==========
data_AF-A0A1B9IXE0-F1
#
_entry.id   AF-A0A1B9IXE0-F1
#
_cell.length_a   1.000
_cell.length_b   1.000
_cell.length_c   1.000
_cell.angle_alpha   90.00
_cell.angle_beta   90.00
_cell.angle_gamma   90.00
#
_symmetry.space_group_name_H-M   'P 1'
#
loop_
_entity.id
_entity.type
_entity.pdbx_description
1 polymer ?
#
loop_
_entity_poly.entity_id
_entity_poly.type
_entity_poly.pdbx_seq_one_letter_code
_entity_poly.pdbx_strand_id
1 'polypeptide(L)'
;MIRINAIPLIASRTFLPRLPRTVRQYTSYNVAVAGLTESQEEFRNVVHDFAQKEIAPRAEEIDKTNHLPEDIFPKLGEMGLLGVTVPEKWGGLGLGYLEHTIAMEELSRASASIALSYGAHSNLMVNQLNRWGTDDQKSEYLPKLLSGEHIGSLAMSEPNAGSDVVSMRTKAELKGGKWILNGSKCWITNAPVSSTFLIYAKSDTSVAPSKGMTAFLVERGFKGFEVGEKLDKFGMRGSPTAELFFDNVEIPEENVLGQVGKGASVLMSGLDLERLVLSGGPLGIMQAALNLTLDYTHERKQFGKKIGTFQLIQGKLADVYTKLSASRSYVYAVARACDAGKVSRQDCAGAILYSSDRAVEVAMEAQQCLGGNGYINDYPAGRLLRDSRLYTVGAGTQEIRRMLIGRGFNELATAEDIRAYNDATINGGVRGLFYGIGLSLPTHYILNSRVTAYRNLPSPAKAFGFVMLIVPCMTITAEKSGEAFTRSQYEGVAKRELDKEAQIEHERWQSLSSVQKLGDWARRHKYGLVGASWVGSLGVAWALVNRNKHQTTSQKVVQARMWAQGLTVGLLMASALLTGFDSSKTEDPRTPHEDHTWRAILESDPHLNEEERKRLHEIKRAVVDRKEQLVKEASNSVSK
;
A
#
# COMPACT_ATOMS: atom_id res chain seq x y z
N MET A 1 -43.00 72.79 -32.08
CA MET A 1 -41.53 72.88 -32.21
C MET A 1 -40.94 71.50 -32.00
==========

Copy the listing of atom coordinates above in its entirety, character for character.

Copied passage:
data_AF-A0A1B9IXE0-F1
#
_entry.id   AF-A0A1B9IXE0-F1
#
_cell.length_a   1.000
_cell.length_b   1.000
_cell.length_c   1.000
_cell.angle_alpha   90.00
_cell.angle_beta   90.00
_cell.angle_gamma   90.00
#
_symmetry.space_group_name_H-M   'P 1'
#
loop_
_entity.id
_entity.type
_entity.pdbx_description
1 polymer ?
#
loop_
_entity_poly.entity_id
_entity_poly.type
_entity_poly.pdbx_seq_one_letter_code
_entity_poly.pdbx_strand_id
1 'polypeptide(L)'
;MIRINAIPLIASRTFLPRLPRTVRQYTSYNVAVAGLTESQEEFRNVVHDFAQKEIAPRAEEIDKTNHLPEDIFPKLGEMGLLGVTVPEKWGGLGLGYLEHTIAMEELSRASASIALSYGAHSNLMVNQLNRWGTDDQKSEYLPKLLSGEHIGSLAMSEPNAGSDVVSMRTKAELKGGKWILNGSKCWITNAPVSSTFLIYAKSDTSVAPSKGMTAFLVERGFKGFEVGEKLDKFGMRGSPTAELFFDNVEIPEENVLGQVGKGASVLMSGLDLERLVLSGGPLGIMQAALNLTLDYTHERKQFGKKIGTFQLIQGKLADVYTKLSASRSYVYAVARACDAGKVSRQDCAGAILYSSDRAVEVAMEAQQCLGGNGYINDYPAGRLLRDSRLYTVGAGTQEIRRMLIGRGFNELATAEDIRAYNDATINGGVRGLFYGIGLSLPTHYILNSRVTAYRNLPSPAKAFGFVMLIVPCMTITAEKSGEAFTRSQYEGVAKRELDKEAQIEHERWQSLSSVQKLGDWARRHKYGLVGASWVGSLGVAWALVNRNKHQTTSQKVVQARMWAQGLTVGLLMASALLTGFDSSKTEDPRTPHEDHTWRAILESDPHLNEEERKRLHEIKRAVVDRKEQLVKEASNSVSK
;
A
#
# COMPACT_ATOMS: atom_id res chain seq x y z
N MET A 1 -43.00 72.79 -32.08
CA MET A 1 -41.53 72.88 -32.21
C MET A 1 -40.94 71.50 -32.00